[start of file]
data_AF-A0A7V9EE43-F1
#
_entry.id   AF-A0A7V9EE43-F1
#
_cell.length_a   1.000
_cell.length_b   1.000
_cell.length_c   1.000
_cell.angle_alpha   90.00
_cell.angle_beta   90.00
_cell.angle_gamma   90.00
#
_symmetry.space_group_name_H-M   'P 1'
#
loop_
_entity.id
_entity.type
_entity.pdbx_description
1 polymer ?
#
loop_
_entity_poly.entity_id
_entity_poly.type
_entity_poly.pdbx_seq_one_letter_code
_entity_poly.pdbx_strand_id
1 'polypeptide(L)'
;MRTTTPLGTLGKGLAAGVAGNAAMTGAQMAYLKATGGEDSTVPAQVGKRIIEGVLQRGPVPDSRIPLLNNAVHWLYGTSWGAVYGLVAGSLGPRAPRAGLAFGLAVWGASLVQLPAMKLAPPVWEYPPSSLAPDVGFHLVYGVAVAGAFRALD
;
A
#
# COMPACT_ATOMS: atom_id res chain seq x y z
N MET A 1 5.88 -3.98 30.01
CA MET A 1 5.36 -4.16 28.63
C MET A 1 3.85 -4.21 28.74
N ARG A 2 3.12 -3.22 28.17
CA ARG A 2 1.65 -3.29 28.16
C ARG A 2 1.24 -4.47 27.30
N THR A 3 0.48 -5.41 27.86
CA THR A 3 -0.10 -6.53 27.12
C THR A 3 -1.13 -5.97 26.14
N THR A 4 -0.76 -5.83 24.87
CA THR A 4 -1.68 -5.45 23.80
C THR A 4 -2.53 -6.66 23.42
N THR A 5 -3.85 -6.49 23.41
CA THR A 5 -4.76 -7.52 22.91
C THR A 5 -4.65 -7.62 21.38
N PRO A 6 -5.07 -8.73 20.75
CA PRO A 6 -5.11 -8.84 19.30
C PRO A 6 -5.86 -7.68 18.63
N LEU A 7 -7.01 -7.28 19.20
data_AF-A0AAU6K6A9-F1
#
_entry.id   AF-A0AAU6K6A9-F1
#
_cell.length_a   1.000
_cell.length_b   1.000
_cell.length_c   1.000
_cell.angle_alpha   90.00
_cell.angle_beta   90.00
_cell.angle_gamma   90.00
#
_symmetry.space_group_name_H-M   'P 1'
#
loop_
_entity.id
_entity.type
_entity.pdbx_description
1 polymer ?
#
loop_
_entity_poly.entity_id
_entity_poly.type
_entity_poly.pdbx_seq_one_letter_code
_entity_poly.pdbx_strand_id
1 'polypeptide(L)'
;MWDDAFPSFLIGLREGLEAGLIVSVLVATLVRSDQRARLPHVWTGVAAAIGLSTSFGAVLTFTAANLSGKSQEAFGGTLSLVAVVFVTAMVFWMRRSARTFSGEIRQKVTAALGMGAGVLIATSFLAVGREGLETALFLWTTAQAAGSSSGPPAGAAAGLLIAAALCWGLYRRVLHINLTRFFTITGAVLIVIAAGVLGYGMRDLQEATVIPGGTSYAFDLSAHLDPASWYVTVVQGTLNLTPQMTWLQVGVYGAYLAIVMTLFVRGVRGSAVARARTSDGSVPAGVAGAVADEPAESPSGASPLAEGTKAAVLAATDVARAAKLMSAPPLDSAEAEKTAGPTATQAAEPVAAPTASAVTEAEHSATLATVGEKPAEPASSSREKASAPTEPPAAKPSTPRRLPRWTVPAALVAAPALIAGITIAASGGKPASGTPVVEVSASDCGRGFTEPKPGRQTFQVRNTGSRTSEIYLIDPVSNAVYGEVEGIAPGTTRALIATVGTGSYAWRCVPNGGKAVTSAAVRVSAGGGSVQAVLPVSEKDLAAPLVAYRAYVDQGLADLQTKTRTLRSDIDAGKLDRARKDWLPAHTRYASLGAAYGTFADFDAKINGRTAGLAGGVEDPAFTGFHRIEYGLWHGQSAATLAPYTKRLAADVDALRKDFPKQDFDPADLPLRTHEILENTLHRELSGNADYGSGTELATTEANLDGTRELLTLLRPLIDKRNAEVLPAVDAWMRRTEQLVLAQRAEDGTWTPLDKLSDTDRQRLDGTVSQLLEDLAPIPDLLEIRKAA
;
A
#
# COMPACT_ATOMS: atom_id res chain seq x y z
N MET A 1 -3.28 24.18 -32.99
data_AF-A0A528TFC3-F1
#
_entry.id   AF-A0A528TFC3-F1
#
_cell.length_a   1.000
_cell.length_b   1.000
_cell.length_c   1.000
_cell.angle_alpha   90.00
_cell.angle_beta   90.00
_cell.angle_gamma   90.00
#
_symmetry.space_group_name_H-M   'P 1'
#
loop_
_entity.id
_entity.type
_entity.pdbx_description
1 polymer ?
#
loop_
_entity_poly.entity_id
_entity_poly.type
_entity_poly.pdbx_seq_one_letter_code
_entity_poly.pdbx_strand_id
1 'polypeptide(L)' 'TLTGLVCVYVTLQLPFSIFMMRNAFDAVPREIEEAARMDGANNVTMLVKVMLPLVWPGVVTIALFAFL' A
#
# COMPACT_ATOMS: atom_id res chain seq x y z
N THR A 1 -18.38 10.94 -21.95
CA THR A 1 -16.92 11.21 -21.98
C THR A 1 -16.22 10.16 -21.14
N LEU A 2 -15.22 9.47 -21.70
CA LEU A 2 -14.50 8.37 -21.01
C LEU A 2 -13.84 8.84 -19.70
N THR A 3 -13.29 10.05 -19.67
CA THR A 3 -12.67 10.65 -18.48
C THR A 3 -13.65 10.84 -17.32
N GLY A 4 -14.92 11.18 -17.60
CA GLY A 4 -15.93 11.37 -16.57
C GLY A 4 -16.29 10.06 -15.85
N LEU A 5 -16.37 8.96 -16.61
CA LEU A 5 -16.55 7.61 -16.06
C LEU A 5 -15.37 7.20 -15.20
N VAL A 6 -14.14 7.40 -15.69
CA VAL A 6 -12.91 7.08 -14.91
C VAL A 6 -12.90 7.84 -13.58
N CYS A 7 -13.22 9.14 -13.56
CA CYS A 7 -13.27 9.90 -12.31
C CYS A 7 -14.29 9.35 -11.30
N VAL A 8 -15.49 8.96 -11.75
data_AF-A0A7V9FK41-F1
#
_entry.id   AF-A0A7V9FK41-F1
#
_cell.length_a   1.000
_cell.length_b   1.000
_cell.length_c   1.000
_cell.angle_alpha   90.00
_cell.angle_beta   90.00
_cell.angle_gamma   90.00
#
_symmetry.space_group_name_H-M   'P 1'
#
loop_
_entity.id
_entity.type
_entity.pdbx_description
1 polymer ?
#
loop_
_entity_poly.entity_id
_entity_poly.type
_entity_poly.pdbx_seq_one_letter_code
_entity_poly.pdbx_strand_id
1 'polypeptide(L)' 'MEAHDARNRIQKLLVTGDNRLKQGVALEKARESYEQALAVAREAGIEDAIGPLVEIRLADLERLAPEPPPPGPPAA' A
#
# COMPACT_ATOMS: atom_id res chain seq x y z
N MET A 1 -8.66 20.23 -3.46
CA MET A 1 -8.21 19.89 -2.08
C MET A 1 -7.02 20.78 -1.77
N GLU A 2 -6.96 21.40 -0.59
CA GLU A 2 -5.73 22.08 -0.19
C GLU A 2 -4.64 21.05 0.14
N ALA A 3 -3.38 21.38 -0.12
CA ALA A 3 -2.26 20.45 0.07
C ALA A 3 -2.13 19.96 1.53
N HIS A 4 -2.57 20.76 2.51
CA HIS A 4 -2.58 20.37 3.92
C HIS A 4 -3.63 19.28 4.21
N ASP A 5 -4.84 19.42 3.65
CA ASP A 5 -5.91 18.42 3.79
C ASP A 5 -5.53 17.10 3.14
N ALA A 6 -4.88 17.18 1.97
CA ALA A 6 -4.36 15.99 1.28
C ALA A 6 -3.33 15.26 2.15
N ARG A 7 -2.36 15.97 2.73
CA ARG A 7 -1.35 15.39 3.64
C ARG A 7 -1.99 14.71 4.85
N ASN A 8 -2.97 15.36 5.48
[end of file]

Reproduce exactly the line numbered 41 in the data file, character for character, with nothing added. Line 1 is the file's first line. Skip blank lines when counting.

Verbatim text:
CA THR A 4 -1.68 -5.45 23.80